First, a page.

Third, both “The Monkey’s Paw and “Aunty Misery” convey the moral that fate should not be changed, for it brings only horrible consequences with it. The life lesson that “The Monkey’s Paw” conveys is that destiny should not be interfered with. In the story, the Whites are given the opportunity to have three wishes granted. Each of the wishes result in horrible consequences; the first results in the death of Herbert White, the Whites’ only son, the second leads to Herbert’s corpse rising from the dead, and the third barely prevents his mutilated body from entering the house. All of these events originate from the monkey’s paw. An old fakir had put a spell on it “to show that fate ruled people’s lives, and those who interfered with it did so to their sorrow(The Monkey’s Paw, p 93).” Similarly, the moral of “Aunty Misery” is trying to alter one’s fate will bring negative impacts. When Aunty Misery trapped Death in her pear tree, the world fell into chaos due to the absence of death.
“The doctors claimed no one bothered to come in for examinations or treatments anymore…the pharmacists business suffered too…priests and undertakers were unhappy with the situation…many old folks tired of life…(Aunty Misery, p 104)”
Being blamed for these troubles, Aunty Misery made a bargain with Death: in return for letting Death go, she would be guaranteed eternal life. This bargain also led to consequences. The eternal existence of misery brought people a great deal of pain and suffering. Therefore, both stories convey how destiny cannot be changed, and that attempts to alter one’s fate will only lead to consequences.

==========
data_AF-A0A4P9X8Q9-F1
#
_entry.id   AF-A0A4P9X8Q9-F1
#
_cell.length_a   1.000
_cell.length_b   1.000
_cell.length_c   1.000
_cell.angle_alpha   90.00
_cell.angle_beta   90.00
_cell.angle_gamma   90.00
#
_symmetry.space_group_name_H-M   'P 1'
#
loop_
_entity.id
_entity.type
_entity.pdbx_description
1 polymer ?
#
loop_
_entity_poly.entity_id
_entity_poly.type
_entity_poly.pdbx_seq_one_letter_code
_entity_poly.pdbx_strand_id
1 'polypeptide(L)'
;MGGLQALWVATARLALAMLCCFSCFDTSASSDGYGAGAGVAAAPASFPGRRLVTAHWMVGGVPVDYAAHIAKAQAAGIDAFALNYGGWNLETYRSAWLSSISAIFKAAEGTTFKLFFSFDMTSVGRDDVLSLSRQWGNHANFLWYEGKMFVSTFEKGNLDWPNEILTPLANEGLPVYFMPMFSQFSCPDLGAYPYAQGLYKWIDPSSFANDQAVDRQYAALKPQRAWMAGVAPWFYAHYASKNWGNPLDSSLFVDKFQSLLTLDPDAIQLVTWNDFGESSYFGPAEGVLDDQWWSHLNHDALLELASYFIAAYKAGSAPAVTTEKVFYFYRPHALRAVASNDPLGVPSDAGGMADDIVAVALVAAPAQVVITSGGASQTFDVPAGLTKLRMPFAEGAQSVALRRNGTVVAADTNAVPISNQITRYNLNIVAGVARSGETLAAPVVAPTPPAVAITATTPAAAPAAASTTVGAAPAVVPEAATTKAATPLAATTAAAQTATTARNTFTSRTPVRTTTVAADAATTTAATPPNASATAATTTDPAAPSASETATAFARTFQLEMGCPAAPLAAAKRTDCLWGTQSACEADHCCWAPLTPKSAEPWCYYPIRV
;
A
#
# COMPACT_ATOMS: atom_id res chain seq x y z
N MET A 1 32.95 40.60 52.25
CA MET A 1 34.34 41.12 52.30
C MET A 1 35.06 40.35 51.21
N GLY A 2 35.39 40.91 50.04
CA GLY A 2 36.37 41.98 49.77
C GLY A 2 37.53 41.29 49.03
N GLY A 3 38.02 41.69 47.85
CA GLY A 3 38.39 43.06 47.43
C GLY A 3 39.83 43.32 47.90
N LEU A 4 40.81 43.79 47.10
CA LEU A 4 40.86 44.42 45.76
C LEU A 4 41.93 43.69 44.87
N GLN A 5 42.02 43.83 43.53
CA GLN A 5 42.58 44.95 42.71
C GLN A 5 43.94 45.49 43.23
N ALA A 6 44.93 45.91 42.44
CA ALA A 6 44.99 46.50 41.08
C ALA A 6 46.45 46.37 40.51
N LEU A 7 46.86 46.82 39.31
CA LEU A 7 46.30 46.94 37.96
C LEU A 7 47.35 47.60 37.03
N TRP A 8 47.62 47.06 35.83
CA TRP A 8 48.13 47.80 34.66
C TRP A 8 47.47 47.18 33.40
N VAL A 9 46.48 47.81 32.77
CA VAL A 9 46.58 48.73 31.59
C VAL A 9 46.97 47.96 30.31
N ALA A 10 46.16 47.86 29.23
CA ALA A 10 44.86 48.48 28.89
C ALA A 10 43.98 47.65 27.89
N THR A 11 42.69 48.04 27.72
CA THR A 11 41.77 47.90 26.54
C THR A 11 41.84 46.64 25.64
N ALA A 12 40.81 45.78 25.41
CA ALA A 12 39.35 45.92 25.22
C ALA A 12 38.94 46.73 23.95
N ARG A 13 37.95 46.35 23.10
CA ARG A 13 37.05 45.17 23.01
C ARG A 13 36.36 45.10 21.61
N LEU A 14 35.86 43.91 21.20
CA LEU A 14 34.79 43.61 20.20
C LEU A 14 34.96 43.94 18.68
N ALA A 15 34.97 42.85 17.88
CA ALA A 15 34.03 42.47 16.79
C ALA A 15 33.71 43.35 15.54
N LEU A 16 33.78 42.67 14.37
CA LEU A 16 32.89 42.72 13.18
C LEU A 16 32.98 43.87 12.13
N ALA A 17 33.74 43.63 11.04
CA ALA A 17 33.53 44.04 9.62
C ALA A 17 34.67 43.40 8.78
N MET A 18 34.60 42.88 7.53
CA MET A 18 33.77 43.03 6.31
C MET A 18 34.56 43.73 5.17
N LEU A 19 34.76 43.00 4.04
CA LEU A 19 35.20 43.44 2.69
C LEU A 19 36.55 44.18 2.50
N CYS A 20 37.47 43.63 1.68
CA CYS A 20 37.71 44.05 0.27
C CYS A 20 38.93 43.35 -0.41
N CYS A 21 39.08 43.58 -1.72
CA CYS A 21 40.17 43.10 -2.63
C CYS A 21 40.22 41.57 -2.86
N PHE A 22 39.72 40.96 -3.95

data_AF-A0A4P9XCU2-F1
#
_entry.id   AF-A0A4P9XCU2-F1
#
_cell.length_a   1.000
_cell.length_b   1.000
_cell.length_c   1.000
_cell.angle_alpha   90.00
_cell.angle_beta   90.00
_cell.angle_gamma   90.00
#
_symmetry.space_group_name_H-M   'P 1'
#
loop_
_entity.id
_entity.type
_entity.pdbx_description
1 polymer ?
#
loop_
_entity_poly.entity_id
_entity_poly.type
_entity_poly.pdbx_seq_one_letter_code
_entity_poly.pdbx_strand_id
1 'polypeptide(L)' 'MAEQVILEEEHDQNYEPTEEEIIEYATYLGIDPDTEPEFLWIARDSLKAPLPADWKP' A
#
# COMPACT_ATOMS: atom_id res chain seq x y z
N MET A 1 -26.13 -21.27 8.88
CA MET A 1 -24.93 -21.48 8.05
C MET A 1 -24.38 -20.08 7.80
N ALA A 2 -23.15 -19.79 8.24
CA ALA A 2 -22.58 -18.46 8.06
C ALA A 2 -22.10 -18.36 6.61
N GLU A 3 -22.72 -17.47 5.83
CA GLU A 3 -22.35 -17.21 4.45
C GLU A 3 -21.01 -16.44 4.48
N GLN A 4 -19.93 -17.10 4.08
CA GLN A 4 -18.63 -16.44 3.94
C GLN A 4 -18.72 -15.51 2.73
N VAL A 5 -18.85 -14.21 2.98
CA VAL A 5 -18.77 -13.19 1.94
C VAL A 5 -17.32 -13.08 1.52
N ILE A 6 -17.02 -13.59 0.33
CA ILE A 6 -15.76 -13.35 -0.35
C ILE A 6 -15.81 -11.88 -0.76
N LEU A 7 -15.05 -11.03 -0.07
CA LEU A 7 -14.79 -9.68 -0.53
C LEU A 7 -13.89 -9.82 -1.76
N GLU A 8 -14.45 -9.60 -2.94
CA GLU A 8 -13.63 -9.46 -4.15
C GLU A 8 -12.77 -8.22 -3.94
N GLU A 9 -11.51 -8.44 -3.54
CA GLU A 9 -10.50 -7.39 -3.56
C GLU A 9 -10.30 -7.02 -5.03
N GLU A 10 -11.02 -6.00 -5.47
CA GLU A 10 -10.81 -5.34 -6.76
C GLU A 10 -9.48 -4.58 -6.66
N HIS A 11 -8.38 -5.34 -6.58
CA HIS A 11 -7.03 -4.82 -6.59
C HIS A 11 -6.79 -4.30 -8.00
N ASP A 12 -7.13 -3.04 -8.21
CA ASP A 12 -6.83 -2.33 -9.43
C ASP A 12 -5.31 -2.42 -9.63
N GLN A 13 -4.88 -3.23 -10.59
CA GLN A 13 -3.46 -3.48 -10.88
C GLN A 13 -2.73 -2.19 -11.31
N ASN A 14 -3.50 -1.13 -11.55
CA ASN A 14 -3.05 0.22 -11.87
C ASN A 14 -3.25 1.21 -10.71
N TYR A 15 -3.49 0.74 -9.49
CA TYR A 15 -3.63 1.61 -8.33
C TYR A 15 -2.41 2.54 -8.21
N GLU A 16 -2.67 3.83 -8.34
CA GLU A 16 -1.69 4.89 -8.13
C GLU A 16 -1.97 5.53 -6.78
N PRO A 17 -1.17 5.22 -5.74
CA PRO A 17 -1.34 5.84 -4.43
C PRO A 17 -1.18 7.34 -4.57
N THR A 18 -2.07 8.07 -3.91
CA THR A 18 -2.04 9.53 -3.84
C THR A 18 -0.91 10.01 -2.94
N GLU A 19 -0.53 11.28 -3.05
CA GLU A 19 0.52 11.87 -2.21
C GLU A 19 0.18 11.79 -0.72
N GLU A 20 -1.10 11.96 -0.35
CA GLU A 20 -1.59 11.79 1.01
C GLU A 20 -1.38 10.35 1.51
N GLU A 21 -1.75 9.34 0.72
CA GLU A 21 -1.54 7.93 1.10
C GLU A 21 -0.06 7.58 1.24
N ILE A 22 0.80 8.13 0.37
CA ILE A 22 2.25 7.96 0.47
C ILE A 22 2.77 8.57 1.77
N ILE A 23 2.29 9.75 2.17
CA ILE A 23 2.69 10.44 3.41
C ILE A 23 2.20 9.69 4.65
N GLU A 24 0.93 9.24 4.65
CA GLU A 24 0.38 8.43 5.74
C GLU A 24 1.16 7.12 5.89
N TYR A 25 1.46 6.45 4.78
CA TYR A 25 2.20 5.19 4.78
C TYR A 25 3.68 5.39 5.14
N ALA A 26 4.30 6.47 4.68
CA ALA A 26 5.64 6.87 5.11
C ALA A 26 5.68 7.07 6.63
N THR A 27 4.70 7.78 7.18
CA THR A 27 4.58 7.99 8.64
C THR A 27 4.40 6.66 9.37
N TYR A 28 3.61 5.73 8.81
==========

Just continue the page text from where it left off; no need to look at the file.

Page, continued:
In this essay, I have analyzed the similarities and differences of the parallel episodes, literary patterns, and life lessons that show up in the short story “The Monkey’s Paw” and the folk tale “Aunty Misery”. Both stories contain various similarities and differences. However, the primary similarity between the two essays is the theme about the consequences of a wish come true. Due to the granting of wishes, the Whites’ comfortable, happy life was ruined whereas misery and suffering became eternal. With the morals of the two stories in mind, I would like to advise everyone to think carefully about what they wish for: they just might get it.